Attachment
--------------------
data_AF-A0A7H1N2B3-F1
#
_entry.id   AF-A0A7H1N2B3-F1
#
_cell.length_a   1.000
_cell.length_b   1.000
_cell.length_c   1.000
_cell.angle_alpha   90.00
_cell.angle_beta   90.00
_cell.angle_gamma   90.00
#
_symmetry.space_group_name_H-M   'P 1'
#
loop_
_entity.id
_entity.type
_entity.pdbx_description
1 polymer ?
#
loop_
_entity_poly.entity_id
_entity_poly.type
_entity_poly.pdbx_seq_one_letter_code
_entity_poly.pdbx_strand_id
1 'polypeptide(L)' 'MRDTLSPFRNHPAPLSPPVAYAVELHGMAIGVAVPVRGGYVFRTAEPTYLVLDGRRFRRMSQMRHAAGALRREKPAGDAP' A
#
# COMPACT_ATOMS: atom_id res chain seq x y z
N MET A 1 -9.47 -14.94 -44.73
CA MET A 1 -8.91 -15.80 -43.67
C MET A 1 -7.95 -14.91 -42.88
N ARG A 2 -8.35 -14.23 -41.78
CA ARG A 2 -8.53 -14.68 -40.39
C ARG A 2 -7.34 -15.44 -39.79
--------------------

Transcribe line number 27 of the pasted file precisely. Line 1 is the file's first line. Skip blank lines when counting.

# COMPACT_ATOMS: atom_id res chain seq x y z